Hezekiah’s WeaknessesDaily Reflection / Produced by The High Calling
Hezekiah was delighted with the Babylonian envoys and showed them everything in his treasure-houses—the silver, the gold, the spices, and the aromatic oils. He also took them to see his armory and showed them everything in his royal treasuries! There was nothing in his palace or kingdom that Hezekiah did not show them.
Hezekiah was one of the most pious and faithful kings of Judah. Chapters 37 and 38 of Isaiah testify to his exemplary trust in the Lord. But then, in Isaiah 39, we see some of Hezekiah’s weaknesses: his susceptibility to flattery and his pride over his possessions. When Babylonian officials offered their best wishes to Hezekiah, he was thrilled to show them all of “his” treasures. Apparently he didn’t stop to think of the dangers inherent in a relationship with Babylon, or the risks involved in displaying the royal treasures to those who might seize them. Thus Isaiah communicates the Lord’s displeasure in Hezekiah, predicting that someday the royal treasures—and even some of Hezekiah’s sons—would be carried off to Babylon (vv. 5-7). Indeed, this happened almost a hundred years later.
Hezekiah could be manipulated by flattery and could fall prey to pride. Like any other human being, he had his weaknesses, and these were costly, not only to him, but also to his people. Our leadership, whether in our jobs or families, whether in our churches or communities, can also be compromised by our weaknesses. Yet if we are aware of them, we can make sure they won’t wreak havoc in our lives. Perhaps we can ask close friends to hold us accountable. Or we might make sure that a colleague has strengths that balance out our weaknesses. An honest appraisal of our strong and weak suits will enable us to lead with effectiveness and faithfulness to God.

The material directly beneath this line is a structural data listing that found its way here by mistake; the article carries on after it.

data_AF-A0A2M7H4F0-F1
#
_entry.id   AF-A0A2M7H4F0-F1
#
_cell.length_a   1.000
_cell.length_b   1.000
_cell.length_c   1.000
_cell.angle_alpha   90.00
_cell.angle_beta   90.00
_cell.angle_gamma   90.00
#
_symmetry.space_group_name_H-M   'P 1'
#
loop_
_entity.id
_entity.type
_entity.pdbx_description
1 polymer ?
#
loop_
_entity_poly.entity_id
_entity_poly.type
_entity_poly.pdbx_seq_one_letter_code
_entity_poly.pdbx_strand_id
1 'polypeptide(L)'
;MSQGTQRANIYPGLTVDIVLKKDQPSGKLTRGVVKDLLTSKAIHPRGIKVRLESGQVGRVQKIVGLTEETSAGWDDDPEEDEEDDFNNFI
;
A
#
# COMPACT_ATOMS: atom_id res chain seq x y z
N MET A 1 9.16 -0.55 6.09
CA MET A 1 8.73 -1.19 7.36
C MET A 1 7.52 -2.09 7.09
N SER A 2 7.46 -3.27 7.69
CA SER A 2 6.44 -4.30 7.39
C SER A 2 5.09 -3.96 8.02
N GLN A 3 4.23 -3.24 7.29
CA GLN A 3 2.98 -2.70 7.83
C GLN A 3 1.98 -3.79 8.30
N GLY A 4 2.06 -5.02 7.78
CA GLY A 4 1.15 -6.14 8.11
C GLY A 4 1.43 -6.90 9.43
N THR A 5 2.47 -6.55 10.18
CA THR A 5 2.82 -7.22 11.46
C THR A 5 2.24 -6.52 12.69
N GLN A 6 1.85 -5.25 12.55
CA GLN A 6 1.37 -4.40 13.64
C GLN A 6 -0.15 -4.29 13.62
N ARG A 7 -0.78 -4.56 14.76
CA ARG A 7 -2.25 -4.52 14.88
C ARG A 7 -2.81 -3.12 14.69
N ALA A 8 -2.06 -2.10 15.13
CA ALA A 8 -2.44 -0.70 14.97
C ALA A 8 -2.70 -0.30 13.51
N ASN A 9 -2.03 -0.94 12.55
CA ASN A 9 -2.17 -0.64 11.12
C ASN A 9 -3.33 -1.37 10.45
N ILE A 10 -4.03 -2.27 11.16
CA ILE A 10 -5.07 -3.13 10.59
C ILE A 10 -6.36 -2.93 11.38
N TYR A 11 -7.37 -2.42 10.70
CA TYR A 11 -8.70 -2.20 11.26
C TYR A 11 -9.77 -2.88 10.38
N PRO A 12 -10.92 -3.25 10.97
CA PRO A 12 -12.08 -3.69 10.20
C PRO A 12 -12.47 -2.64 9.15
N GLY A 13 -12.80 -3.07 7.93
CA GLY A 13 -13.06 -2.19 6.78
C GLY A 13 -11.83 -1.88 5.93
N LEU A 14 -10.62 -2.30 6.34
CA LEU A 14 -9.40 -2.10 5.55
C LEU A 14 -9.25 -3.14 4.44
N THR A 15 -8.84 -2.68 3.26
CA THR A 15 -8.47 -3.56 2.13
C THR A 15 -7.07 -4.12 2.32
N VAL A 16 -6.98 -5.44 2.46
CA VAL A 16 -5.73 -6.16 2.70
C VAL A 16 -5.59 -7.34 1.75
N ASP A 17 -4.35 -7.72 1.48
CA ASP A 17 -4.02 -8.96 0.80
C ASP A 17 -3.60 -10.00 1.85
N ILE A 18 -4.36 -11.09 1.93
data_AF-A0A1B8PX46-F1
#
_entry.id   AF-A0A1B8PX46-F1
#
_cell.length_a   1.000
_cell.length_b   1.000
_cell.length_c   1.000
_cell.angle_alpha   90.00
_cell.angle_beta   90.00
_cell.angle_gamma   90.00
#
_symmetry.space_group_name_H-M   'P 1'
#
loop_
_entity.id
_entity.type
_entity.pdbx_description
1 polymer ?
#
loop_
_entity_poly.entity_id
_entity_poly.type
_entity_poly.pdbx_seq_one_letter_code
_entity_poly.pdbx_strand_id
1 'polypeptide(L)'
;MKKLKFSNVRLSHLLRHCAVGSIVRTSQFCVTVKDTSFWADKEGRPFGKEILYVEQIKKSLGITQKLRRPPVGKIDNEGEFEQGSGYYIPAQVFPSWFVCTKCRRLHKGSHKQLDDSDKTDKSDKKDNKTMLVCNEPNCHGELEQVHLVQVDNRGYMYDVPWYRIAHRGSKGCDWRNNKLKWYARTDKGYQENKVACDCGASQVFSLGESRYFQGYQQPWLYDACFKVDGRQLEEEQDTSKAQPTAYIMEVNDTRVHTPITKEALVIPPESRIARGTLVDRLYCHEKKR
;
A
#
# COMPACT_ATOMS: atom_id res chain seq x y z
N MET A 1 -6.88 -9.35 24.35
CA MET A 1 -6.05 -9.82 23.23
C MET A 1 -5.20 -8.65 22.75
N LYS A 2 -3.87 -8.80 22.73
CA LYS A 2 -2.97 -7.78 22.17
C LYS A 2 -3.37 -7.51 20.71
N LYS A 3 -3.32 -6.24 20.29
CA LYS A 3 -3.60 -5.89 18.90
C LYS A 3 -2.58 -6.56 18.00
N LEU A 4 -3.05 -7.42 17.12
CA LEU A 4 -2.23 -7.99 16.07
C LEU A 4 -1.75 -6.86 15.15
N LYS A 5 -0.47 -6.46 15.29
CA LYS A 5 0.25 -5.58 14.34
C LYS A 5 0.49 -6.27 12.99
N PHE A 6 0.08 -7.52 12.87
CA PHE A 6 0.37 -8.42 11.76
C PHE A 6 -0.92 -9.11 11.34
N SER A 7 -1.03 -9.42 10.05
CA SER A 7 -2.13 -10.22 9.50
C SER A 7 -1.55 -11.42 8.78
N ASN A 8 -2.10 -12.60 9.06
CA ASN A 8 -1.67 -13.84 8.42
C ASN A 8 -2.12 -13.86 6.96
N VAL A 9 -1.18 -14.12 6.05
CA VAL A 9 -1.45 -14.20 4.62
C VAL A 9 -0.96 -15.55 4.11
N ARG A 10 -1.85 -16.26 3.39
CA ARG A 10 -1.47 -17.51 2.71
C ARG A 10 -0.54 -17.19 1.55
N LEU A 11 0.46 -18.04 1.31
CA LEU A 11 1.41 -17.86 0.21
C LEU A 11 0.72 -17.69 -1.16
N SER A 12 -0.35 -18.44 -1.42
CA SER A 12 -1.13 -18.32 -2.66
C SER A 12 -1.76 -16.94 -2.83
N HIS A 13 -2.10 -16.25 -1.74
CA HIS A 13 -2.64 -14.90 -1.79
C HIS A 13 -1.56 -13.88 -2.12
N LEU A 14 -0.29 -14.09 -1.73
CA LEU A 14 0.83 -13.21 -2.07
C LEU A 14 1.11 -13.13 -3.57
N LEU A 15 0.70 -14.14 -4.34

QUESTIONS FOR REFLECTION: What are your strengths as a leader? What are your weaknesses? What have you done to minimize the impact of your weaknesses?
PRAYER: Gracious Lord, even as Hezekiah’s leadership was hurt by his weaknesses, so it can be with me. This is especially true if I try to pretend that I don’t have any. So, first of all, I pray that you will help me to see myself clearly. In particular, show me where I am weak, and how these weaknesses could hamper my leadership.
If my failings are sinful, may I confess them, receiving your forgiveness. Then, by your Spirit, help me to live rightly, with new freedom from sin.
If my weak spots are a matter of inability, help me to surround myself with people who are strong where I am weak. May I follow their leadership in contexts where I need their help.
Teach me, Lord, to listen, not only to you, but also to those in my life who can help me to see myself truly and to keep my weaknesses from doing damage. May I risk the vulnerability of true community, so that I might be the leader you have called me to be. Amen.